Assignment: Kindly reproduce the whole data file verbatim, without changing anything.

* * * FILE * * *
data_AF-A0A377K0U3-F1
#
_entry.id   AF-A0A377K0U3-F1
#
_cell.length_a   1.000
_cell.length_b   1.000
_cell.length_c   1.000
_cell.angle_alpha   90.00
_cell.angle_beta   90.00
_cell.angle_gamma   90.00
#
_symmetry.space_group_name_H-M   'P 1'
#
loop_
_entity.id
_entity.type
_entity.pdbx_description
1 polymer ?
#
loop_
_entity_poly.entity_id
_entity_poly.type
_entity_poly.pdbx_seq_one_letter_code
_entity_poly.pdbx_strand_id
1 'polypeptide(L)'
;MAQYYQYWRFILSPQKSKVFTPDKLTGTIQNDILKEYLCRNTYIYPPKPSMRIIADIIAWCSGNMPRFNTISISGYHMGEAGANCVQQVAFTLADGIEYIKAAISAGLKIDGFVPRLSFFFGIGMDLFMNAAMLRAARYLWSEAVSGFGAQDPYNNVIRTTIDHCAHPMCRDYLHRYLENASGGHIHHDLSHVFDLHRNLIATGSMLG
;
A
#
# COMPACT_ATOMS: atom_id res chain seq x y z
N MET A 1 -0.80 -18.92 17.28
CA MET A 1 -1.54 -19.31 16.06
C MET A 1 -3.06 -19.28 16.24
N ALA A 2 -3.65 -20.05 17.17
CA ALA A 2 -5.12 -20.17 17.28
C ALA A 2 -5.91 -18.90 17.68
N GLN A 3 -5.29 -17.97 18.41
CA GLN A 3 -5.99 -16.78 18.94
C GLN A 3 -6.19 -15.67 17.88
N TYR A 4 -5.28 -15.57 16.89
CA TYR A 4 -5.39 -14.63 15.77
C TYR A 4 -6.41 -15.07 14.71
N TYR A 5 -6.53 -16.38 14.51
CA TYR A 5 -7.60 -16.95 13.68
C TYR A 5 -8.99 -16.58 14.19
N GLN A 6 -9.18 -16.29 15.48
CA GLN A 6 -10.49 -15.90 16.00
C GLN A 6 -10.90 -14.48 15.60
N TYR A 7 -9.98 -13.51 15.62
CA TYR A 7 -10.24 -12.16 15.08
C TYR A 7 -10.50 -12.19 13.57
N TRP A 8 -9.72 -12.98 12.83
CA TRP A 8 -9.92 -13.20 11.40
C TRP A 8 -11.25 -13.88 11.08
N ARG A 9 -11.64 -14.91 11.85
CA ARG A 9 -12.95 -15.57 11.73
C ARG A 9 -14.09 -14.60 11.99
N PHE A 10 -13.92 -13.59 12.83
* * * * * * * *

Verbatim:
data_AF-A0A377K0U3-F1
#
_entry.id   AF-A0A377K0U3-F1
#
_cell.length_a   1.000
_cell.length_b   1.000
_cell.length_c   1.000
_cell.angle_alpha   90.00
_cell.angle_beta   90.00
_cell.angle_gamma   90.00
#
_symmetry.space_group_name_H-M   'P 1'
#
loop_
_entity.id
_entity.type
_entity.pdbx_description
1 polymer ?
#
loop_
_entity_poly.entity_id
_entity_poly.type
_entity_poly.pdbx_seq_one_letter_code
_entity_poly.pdbx_strand_id
1 'polypeptide(L)'
;MAQYYQYWRFILSPQKSKVFTPDKLTGTIQNDILKEYLCRNTYIYPPKPSMRIIADIIAWCSGNMPRFNTISISGYHMGEAGANCVQQVAFTLADGIEYIKAAISAGLKIDGFVPRLSFFFGIGMDLFMNAAMLRAARYLWSEAVSGFGAQDPYNNVIRTTIDHCAHPMCRDYLHRYLENASGGHIHHDLSHVFDLHRNLIATGSMLG
;
A
#
# COMPACT_ATOMS: atom_id res chain seq x y z
N MET A 1 -0.80 -18.92 17.28
CA MET A 1 -1.54 -19.31 16.06
C MET A 1 -3.06 -19.28 16.24
N ALA A 2 -3.65 -20.05 17.17
CA ALA A 2 -5.12 -20.17 17.28
C ALA A 2 -5.91 -18.90 17.68
N GLN A 3 -5.29 -17.97 18.41
CA GLN A 3 -5.99 -16.78 18.94
C GLN A 3 -6.19 -15.67 17.88
N TYR A 4 -5.28 -15.57 16.89
CA TYR A 4 -5.39 -14.63 15.77
C TYR A 4 -6.41 -15.07 14.71
N TYR A 5 -6.53 -16.38 14.51
CA TYR A 5 -7.60 -16.95 13.68
C TYR A 5 -8.99 -16.58 14.19
N GLN A 6 -9.18 -16.29 15.48
CA GLN A 6 -10.49 -15.90 16.00
C GLN A 6 -10.90 -14.48 15.60
N TYR A 7 -9.98 -13.51 15.62
CA TYR A 7 -10.24 -12.16 15.08
C TYR A 7 -10.50 -12.19 13.57
N TRP A 8 -9.72 -12.98 12.83
CA TRP A 8 -9.92 -13.20 11.40
C TRP A 8 -11.25 -13.88 11.08
N ARG A 9 -11.64 -14.91 11.85
CA ARG A 9 -12.95 -15.57 11.73
C ARG A 9 -14.09 -14.60 11.99
N PHE A 10 -13.92 -13.59 12.83